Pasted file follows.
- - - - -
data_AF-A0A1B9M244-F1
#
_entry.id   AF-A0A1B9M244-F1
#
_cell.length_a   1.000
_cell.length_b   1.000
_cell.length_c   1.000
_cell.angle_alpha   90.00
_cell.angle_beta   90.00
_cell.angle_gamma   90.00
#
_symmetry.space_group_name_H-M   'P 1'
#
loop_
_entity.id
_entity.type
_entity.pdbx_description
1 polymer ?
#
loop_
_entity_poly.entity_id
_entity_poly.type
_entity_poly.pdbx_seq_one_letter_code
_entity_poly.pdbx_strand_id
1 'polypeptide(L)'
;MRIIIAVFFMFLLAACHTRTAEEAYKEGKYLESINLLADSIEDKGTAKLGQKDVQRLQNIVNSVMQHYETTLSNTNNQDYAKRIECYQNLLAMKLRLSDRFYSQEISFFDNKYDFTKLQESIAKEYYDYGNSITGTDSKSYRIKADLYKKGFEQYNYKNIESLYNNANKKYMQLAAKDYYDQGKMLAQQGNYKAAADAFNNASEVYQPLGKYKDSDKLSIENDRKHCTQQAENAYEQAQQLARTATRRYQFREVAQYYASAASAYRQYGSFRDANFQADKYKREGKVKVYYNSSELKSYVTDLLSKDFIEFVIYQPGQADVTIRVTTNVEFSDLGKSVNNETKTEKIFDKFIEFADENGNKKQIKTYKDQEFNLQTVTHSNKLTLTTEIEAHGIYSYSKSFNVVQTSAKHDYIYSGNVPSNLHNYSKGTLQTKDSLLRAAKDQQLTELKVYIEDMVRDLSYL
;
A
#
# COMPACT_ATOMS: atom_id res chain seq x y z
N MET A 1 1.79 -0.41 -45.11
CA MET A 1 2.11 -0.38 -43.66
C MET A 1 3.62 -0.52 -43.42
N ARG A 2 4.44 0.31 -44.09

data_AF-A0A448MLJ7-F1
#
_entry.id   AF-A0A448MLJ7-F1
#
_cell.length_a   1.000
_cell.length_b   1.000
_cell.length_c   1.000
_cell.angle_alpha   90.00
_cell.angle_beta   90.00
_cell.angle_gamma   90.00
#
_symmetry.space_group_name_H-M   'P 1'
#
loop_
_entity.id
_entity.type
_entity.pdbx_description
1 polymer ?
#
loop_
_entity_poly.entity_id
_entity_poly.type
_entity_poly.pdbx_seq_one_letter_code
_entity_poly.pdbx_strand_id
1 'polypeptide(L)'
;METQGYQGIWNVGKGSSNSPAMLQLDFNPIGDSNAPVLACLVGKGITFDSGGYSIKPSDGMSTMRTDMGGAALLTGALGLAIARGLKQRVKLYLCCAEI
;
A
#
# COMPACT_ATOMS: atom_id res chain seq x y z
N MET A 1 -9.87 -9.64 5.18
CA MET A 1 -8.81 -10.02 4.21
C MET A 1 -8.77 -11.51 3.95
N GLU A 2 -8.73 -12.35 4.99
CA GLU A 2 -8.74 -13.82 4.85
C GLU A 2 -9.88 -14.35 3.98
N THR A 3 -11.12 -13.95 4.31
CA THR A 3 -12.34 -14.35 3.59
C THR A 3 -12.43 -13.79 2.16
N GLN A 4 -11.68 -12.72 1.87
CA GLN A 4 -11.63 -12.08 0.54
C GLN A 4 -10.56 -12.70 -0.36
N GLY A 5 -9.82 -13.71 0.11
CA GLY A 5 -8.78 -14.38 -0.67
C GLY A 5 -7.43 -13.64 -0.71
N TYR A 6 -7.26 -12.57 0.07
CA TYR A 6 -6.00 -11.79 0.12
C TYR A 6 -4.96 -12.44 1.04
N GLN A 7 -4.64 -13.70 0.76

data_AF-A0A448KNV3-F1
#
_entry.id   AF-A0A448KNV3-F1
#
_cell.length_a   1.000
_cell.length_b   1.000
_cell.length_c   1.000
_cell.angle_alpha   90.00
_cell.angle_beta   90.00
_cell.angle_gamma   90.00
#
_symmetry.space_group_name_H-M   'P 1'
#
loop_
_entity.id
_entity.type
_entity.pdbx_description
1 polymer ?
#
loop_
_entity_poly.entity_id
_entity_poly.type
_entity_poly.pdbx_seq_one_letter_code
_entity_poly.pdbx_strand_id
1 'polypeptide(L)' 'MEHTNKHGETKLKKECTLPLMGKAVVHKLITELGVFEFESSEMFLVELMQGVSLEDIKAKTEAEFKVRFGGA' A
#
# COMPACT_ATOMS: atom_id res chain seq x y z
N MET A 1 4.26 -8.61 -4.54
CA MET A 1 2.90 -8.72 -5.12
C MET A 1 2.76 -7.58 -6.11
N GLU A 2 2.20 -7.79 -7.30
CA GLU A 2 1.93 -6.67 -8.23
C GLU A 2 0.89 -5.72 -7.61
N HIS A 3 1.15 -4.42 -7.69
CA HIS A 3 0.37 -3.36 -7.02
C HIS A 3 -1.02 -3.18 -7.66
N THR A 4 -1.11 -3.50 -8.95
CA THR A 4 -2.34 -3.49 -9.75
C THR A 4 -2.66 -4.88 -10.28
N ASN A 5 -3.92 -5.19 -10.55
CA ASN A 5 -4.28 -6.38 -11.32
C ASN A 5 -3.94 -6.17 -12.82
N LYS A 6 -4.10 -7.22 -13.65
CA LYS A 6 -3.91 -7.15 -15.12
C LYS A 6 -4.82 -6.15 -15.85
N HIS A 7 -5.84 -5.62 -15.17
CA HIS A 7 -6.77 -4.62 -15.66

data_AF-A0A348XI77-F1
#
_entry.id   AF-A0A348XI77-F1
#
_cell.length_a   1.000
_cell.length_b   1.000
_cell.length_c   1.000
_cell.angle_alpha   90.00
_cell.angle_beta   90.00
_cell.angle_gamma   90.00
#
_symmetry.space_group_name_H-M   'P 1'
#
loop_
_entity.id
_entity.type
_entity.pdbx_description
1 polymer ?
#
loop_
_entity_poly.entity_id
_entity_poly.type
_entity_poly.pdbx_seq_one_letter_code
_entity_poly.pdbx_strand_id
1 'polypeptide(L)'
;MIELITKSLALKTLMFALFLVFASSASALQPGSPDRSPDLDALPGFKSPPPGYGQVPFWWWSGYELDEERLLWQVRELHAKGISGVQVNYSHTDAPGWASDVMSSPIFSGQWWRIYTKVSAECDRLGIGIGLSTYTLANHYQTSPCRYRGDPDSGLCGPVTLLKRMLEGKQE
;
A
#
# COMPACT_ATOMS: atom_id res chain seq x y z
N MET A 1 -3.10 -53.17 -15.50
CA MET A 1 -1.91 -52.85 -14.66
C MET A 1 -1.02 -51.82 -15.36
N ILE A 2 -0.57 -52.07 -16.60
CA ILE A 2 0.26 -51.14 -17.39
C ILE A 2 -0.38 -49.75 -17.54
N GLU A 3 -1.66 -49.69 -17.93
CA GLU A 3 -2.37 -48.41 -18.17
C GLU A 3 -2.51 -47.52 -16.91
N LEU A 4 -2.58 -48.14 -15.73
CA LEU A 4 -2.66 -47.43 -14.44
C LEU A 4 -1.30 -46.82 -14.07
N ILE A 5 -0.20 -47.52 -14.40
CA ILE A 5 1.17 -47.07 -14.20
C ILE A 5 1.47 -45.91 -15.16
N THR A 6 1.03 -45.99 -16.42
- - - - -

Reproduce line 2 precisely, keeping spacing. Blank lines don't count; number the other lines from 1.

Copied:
#